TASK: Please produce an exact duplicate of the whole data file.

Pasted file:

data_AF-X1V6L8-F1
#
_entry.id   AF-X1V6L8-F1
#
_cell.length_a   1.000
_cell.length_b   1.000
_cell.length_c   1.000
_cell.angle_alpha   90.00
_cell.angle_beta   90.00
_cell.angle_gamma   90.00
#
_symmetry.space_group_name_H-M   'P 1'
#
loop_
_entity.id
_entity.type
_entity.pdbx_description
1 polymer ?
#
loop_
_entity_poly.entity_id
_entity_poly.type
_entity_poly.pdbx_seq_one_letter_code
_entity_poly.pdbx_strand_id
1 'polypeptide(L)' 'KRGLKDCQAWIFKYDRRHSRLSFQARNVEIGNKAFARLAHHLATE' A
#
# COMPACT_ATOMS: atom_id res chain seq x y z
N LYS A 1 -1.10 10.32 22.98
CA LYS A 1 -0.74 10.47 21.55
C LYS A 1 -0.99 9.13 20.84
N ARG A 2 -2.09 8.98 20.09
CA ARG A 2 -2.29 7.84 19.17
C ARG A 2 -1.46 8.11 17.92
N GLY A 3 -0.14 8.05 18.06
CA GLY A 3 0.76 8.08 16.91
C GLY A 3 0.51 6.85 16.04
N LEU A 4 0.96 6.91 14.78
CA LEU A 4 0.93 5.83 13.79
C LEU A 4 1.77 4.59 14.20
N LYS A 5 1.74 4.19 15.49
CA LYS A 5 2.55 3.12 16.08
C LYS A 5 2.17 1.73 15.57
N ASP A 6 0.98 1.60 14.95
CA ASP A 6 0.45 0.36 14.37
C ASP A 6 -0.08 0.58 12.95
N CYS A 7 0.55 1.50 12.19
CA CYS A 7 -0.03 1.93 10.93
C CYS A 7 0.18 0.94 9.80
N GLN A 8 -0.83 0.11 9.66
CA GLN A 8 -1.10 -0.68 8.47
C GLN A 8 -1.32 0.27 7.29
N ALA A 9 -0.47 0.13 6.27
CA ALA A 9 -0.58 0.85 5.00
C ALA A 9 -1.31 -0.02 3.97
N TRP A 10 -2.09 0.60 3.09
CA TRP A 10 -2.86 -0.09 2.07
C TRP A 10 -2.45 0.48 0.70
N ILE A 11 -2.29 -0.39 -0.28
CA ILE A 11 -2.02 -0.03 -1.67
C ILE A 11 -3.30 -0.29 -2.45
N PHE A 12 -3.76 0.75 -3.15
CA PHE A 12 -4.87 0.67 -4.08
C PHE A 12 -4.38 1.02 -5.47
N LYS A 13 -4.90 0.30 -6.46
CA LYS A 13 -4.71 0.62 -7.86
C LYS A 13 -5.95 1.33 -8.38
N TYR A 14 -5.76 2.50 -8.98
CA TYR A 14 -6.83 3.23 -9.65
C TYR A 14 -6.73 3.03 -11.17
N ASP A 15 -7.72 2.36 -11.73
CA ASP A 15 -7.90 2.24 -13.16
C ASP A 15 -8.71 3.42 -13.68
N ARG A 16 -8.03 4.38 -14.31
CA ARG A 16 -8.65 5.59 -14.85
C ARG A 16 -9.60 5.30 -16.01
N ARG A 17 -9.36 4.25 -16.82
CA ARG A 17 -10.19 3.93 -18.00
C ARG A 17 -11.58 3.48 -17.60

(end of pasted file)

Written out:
data_AF-X1V6L8-F1
#
_entry.id   AF-X1V6L8-F1
#
_cell.length_a   1.000
_cell.length_b   1.000
_cell.length_c   1.000
_cell.angle_alpha   90.00
_cell.angle_beta   90.00
_cell.angle_gamma   90.00
#
_symmetry.space_group_name_H-M   'P 1'
#
loop_
_entity.id
_entity.type
_entity.pdbx_description
1 polymer ?
#
loop_
_entity_poly.entity_id
_entity_poly.type
_entity_poly.pdbx_seq_one_letter_code
_entity_poly.pdbx_strand_id
1 'polypeptide(L)' 'KRGLKDCQAWIFKYDRRHSRLSFQARNVEIGNKAFARLAHHLATE' A
#
# COMPACT_ATOMS: atom_id res chain seq x y z
N LYS A 1 -1.10 10.32 22.98
CA LYS A 1 -0.74 10.47 21.55
C LYS A 1 -0.99 9.13 20.84
N ARG A 2 -2.09 8.98 20.09
CA ARG A 2 -2.29 7.84 19.17
C ARG A 2 -1.46 8.11 17.92
N GLY A 3 -0.14 8.05 18.06
CA GLY A 3 0.76 8.08 16.91
C GLY A 3 0.51 6.85 16.04
N LEU A 4 0.96 6.91 14.78
CA LEU A 4 0.93 5.83 13.79
C LEU A 4 1.77 4.59 14.20
N LYS A 5 1.74 4.19 15.49
CA LYS A 5 2.55 3.12 16.08
C LYS A 5 2.17 1.73 15.57
N ASP A 6 0.98 1.60 14.95
CA ASP A 6 0.45 0.36 14.37
C ASP A 6 -0.08 0.58 12.95
N CYS A 7 0.55 1.50 12.19
CA CYS A 7 -0.03 1.93 10.93
C CYS A 7 0.18 0.94 9.80
N GLN A 8 -0.83 0.11 9.66
CA GLN A 8 -1.10 -0.68 8.47
C GLN A 8 -1.32 0.27 7.29
N ALA A 9 -0.47 0.13 6.27
CA ALA A 9 -0.58 0.85 5.00
C ALA A 9 -1.31 -0.02 3.97
N TRP A 10 -2.09 0.60 3.09
CA TRP A 10 -2.86 -0.09 2.07
C TRP A 10 -2.45 0.48 0.70
N ILE A 11 -2.29 -0.39 -0.28
CA ILE A 11 -2.02 -0.03 -1.67
C ILE A 11 -3.30 -0.29 -2.45
N PHE A 12 -3.76 0.75 -3.15
CA PHE A 12 -4.87 0.67 -4.08
C PHE A 12 -4.38 1.02 -5.47
N LYS A 13 -4.90 0.30 -6.46
CA LYS A 13 -4.71 0.62 -7.86
C LYS A 13 -5.95 1.33 -8.38
N TYR A 14 -5.76 2.50 -8.98
CA TYR A 14 -6.83 3.23 -9.65
C TYR A 14 -6.73 3.03 -11.17
N ASP A 15 -7.72 2.36 -11.73
CA ASP A 15 -7.90 2.24 -13.16
C ASP A 15 -8.71 3.42 -13.68
N ARG A 16 -8.03 4.38 -14.31
CA ARG A 16 -8.65 5.59 -14.85
C ARG A 16 -9.60 5.30 -16.01
N ARG A 17 -9.36 4.25 -16.82
CA ARG A 17 -10.19 3.93 -18.00
C ARG A 17 -11.58 3.48 -17.60